• Any misconduct that may involve the conduct outlined above.

More detailed information about the reportable conduct scheme can be found on the NSW Ombudsman website:

If you’re not sure whether the allegation is reportable, you can call

the NSW Ombudsman’s telephone inquiry line

between 9 am to 4 pm, Monday to Friday:

1800 451 524 or (02) 9286 1021.

Under the section 88 of the NSW Public Health Act 2010, directors of a childcare facility must, as soon as practicable, notify the public health officer if they:

  • become aware that a child enrolled at the facility has a vaccine preventable disease, or
  • reasonably suspect that a child enrolled at the facility who is a child at risk has come into contact with a person who has a vaccine preventable disease.

Examples of vaccine preventable diseases are meningococcal disease, measles and mumps. A full list is available on the NSW Health website

A public health officer may direct the childcare facility to take certain action in relation to the notification, such as to give  notice to a parent that a child is not to attend the facility for the duration of the outbreak of the disease.

Directors are also encouraged to seek advice from their local Public Health Unit when they suspect an infectious disease outbreak is affecting their centre, e.g. gastro.

Two or more children with vomiting and/or diarrhoea in a facility constitute a gastroenteritis outbreak and the local public health unit should be notified within 24 hours of each.

For more information on childhood infectious diseases and disease notification see ‘Staying healthy – Preventing infectious diseases in early childhood education and care services

Call 1300 066 055 to contact with the Public Health Unit of your Local Health District to make a notification.

Any conduct that may meet a criminal threshold should be reported to the NSW Police. Agencies should follow police direction in a criminal matter which may impact upon their own investigative or risk management response.

The NSW Government has recently amended the criminal law to strengthen the protection of children through the introduction of two new offences:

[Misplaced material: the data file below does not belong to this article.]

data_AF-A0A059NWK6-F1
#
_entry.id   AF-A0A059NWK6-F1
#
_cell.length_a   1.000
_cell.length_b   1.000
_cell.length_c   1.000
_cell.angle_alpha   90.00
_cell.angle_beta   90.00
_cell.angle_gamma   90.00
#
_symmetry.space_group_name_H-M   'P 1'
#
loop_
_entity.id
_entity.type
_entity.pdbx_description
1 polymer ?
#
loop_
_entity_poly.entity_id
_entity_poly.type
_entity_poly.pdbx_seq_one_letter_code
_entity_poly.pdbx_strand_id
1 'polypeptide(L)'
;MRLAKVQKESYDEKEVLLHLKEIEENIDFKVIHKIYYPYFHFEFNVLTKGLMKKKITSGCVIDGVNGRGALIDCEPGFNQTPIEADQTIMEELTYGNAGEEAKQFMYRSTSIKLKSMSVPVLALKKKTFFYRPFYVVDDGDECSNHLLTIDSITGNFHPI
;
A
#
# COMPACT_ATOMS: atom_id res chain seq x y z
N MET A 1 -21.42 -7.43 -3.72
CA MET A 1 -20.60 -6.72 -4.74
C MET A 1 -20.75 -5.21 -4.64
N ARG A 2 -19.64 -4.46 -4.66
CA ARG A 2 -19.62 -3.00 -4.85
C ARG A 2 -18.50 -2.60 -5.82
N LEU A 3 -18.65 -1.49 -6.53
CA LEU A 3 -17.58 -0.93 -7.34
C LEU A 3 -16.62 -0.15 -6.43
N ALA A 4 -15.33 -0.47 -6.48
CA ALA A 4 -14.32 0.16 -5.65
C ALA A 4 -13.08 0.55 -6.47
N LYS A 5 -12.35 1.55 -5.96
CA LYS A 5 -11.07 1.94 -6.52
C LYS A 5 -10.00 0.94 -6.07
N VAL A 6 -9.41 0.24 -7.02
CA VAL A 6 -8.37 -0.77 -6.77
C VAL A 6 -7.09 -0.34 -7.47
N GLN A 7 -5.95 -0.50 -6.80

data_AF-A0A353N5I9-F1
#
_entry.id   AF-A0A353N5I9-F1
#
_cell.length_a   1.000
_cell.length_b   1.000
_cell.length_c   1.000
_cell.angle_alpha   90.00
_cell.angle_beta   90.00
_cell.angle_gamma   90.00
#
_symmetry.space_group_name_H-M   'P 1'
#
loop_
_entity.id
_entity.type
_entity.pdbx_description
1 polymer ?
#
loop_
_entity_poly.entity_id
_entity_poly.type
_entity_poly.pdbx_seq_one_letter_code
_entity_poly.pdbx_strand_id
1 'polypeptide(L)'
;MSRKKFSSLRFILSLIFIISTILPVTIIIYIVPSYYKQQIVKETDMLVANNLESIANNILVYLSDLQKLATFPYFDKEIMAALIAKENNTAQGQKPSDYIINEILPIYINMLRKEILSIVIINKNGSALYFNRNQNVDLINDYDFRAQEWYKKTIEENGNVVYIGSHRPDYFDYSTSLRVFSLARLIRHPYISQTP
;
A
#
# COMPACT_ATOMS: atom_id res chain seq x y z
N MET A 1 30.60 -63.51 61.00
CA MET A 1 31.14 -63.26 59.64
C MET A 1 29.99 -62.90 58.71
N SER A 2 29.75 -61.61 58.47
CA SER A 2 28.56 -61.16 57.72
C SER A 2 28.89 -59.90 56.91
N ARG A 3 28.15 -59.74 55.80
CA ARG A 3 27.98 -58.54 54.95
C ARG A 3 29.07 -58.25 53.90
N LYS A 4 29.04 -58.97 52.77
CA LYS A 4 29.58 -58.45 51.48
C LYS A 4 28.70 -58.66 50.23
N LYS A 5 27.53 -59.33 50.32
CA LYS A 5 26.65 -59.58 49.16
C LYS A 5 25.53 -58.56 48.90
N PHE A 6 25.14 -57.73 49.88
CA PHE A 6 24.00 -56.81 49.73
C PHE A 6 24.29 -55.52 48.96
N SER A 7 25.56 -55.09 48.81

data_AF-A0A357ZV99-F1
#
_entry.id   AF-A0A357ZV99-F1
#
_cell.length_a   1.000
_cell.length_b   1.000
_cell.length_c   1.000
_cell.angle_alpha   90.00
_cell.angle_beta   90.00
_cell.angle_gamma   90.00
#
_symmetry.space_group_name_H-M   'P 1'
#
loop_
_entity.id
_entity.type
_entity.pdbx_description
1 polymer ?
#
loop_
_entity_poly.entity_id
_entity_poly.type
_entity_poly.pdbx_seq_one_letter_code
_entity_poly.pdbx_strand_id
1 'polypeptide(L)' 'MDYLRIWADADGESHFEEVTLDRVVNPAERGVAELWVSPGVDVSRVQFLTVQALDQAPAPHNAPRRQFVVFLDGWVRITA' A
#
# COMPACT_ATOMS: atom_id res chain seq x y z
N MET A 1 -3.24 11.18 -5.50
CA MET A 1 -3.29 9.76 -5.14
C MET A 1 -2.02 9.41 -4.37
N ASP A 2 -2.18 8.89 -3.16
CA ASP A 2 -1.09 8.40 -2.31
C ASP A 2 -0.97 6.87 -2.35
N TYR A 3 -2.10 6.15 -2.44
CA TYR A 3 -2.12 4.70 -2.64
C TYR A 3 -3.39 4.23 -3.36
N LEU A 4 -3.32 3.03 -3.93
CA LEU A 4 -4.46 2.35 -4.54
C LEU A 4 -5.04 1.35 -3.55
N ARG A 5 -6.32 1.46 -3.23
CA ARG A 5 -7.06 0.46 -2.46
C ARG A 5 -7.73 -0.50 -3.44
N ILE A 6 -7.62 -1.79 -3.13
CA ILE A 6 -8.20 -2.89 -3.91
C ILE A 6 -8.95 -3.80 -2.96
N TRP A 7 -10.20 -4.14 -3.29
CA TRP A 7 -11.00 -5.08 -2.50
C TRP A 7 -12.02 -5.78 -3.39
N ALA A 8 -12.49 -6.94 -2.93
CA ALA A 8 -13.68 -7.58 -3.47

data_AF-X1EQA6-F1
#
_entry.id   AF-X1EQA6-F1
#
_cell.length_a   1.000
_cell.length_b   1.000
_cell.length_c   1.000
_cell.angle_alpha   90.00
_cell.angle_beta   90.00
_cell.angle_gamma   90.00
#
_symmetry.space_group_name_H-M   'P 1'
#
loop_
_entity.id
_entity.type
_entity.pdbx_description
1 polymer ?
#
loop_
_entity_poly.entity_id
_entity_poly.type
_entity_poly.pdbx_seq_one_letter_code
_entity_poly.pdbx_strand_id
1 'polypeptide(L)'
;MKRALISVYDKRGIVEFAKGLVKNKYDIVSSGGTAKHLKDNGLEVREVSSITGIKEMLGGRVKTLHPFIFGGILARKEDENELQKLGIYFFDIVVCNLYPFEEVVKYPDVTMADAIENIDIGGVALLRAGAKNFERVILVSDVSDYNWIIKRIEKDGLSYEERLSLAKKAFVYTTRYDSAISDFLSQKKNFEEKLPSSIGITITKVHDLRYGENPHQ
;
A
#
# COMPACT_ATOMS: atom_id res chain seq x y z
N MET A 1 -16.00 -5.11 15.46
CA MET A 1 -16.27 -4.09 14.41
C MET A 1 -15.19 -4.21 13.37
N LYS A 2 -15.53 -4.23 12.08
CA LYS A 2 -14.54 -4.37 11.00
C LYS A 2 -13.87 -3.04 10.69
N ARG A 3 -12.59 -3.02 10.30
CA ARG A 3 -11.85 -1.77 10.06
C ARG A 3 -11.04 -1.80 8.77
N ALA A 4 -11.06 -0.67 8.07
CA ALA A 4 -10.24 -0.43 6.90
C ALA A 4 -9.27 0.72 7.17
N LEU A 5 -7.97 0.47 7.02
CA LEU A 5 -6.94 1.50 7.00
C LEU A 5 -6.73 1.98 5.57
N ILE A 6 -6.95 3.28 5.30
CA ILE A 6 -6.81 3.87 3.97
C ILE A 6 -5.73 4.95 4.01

1.       Failure to protect a child from child abuse

An adult working in an institution, doing child related work, will commit an offence if they know another adult working there poses a serious risk of abusing a child and they have the power to reduce or remove the risk, and they fail to do so.

2.       Failure to report child abuse

An adult is required to report information to police if they know, believe or reasonably ought to know that a child has been abused. Failing to report information to police without a reasonable excuse* is an offence.

*Some reasonable excuses for not reporting include:

  • the victim is now an adult and doesn’t want the offence to be reported; or
  • the offence has already been reported to the FaCS (Child Story Reporter website or Child Protection Helpline 132 111) or
  • if the person fears for their safety or another person’s safety if they report.

For more information please read the following factsheet.

The provision in the crimes legislation can be accessed here.

Links to other resources

Guide to the NQF (from page 460)

Notifications table on ACECQA website

Reporting Requirements about children

Australian child protection legislation

Police and child protection